"Has the road been used as a highway for twenty years? § 7663 Burns' 1908 [§ 36-1807, Burns' 1949 Replacement] Acts 1905, p. 521, § 15. If it has, the statute fixes its status as a highway, and it is wholly immaterial whether the use has been with the consent, or over the objection of the landowner. [Citing authorities.]"
And, further, at p. 670:
"It is a statutory highway, by twenty years' user, irrespective of all other methods of creating highways. It is a highway created by statute."
The use referred to in the statute is use as a highway. A public highway is a road which every citizen of the state 1. has the right to use for the purpose of travel thereon. Pitser v. McCreery, supra.
If the roadway here in question is free and common to all who have occasion to use it, and it has been so used for a 2. period of twenty years or more, it is a public highway by statute.
James M. Morrison, one of the appellants, testified, as a witness on behalf of the plaintiffs (appellants), that the first barrier or interference placed across the road was in 1927 when a woven wire fence was erected on the property lines of appellant Smith; that at the time he saw it, it had been cut and rolled back but that he had seen it "strung" across the road; and that a chain was put across the road some time in 1942 or 1943 and again in August of 1949. There is undisputed evidence in the record which shows that the chains to which the witness Morrison referred were immediately taken down by persons desiring to use the roadway and were not replaced.
This witness further testified that said roadway was heavily used during the summer months by cars and trucks of the general public, that automobiles and trucks used it regularly and that on an average of from one hundred to five hundred cars used said road on Saturdays, Sundays and other holidays "during the summer of 1949, 1950 or 1951."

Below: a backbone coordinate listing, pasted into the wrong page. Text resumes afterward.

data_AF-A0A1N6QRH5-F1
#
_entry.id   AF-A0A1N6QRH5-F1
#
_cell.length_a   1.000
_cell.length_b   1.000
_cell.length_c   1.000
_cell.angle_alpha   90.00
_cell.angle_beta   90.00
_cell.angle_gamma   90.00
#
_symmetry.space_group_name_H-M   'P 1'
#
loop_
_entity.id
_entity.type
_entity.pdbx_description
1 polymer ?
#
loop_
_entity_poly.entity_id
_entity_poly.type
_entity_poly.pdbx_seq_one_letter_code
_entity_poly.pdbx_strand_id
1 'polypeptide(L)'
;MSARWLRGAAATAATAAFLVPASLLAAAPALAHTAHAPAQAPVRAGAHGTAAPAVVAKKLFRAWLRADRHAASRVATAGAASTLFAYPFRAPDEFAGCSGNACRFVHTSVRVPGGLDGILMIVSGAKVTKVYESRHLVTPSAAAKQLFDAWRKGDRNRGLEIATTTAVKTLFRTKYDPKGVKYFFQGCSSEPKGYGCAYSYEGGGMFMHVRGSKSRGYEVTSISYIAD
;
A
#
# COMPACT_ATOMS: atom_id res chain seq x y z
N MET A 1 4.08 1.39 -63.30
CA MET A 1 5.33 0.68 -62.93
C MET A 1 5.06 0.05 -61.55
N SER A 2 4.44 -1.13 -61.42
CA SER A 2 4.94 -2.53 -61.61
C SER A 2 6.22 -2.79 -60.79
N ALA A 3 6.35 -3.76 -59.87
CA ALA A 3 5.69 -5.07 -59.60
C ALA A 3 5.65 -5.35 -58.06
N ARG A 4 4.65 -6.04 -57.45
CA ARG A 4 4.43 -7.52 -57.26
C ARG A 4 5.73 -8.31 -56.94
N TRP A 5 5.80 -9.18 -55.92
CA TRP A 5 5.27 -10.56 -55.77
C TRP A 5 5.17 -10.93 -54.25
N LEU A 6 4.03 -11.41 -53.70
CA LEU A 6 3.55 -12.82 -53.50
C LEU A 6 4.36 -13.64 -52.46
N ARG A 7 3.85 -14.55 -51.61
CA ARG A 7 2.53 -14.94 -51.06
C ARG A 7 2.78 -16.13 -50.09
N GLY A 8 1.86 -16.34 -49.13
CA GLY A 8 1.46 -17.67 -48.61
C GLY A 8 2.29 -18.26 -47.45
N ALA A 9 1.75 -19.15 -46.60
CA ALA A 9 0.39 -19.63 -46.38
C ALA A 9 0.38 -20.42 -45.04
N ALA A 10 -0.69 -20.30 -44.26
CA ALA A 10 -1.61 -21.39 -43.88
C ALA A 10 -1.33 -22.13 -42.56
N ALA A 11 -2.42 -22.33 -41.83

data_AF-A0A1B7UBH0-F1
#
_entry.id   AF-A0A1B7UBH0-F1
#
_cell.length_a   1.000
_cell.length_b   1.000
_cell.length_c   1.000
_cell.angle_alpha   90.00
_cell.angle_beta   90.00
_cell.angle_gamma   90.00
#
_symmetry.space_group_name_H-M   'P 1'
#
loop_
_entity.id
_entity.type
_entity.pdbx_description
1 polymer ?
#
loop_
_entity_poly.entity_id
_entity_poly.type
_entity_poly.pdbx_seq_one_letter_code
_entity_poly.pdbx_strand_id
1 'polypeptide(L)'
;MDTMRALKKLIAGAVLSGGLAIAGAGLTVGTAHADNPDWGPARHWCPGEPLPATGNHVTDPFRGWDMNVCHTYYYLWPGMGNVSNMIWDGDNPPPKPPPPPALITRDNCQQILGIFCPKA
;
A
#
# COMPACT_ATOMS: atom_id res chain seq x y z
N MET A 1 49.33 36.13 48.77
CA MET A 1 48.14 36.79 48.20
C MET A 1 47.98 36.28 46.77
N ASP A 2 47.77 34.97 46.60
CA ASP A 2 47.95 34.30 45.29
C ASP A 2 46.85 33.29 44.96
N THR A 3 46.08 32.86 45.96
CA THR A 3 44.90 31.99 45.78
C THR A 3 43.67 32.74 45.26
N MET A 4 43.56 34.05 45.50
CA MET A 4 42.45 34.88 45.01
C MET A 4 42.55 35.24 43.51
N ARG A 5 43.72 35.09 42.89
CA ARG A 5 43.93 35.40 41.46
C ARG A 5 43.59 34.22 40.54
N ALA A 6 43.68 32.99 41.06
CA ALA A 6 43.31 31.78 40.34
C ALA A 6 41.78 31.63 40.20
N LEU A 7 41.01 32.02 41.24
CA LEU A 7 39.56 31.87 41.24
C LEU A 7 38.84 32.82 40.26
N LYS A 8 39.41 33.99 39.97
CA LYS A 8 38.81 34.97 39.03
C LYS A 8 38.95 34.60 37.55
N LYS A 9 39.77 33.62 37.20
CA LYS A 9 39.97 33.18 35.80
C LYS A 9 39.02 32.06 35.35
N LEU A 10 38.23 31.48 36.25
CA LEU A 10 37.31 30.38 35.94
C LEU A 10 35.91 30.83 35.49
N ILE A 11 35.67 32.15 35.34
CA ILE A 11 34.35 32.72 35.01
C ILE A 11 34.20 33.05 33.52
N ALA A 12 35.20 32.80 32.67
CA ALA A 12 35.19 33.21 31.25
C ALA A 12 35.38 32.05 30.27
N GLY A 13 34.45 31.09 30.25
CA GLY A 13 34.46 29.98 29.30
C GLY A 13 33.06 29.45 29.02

Six witnesses testified on behalf of defendants-cross-complainants (appellees) that said roadway had been used by the general public continuously for a period of some twenty to fifty or sixty years. This evidence is undisputed.
It appears from the evidence that the general public has travelled the roadway here in question at its pleasure in buggies, wagons, automobiles and trucks as it desired, 3. without interference from appellants except for the temporary obstructions hereinabove mentioned, for a period of more than twenty years; and that during said time it has been open to all persons who desired to use it, and that the public continued to use said roadway as a matter of right notwithstanding the temporary barriers which were erected. Since the public continued to use the roadway these acts of obstruction were not effective to avoid the operation of the statute and such roadway became and is now a highway created by statute. Pitser v. McCreery (1909), 172 Ind. 663, 88 N.E. 303, 89 N.E. 317, supra; Evans v. Bowman (1915), 183 Ind. 264, 266, 108 N.E. 956; McHenry v. Foutty (1945), 223 Ind. 335, 339; 60 N.E.2d 781, 158 A.L.R. 537; Cozy Home Realty Co. v. Ralston, Rec. (1938), 214 Ind. 149, 14 N.E.2d 917; Stewart v. Swartz (1914), 57 Ind. App. 249, 252, 106 N.E. 719; Guard v. Cleveland, etc. R. Co. (1930), 91 Ind. App. 571, 573, 171 N.E. 209; Michigan Cent. R. Co. v. City of Michigan City (1932), 94 Ind. App. 481, 169 N.E. 873.
We find no error in the record, and the judgment of the trial court should be affirmed.
NOTE. — Reported in 111 N.E.2d 715.